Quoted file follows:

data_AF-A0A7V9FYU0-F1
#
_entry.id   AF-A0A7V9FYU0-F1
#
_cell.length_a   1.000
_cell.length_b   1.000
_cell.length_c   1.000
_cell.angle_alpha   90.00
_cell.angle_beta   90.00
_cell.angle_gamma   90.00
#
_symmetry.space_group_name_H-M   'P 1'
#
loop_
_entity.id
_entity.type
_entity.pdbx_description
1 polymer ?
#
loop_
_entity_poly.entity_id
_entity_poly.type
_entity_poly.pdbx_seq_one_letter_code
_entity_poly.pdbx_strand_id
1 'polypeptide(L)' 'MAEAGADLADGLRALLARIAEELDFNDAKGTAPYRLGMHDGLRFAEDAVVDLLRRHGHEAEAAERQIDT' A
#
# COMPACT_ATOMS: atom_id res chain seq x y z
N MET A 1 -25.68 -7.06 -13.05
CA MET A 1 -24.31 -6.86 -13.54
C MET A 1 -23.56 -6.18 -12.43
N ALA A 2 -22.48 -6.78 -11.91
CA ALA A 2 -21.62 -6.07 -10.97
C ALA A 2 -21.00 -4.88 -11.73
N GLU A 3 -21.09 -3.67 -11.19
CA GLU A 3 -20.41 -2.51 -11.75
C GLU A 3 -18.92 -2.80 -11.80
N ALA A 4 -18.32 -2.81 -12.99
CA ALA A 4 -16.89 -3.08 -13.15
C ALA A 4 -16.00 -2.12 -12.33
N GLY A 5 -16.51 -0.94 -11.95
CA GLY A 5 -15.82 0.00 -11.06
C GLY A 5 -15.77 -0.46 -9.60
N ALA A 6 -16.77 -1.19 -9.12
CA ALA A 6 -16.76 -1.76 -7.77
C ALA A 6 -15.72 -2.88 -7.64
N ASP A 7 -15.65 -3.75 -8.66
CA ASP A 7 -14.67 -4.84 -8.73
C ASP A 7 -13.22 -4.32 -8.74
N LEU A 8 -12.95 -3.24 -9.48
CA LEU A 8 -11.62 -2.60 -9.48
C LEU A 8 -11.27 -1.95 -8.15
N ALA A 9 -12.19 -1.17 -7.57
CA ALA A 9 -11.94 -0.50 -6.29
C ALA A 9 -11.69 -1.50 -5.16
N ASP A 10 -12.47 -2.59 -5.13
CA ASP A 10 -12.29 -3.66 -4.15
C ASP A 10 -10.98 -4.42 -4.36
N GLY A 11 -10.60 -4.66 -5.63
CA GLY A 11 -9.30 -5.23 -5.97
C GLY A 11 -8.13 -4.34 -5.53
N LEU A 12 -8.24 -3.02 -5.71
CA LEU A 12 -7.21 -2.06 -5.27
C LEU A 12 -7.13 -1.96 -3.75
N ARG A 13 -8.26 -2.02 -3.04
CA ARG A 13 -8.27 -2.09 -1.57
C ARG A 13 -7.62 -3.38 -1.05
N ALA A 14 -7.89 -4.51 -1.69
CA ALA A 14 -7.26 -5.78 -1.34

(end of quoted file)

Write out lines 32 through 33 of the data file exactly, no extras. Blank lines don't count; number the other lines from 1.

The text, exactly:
CA ALA A 2 -21.62 -6.07 -10.97
C ALA A 2 -21.00 -4.88 -11.73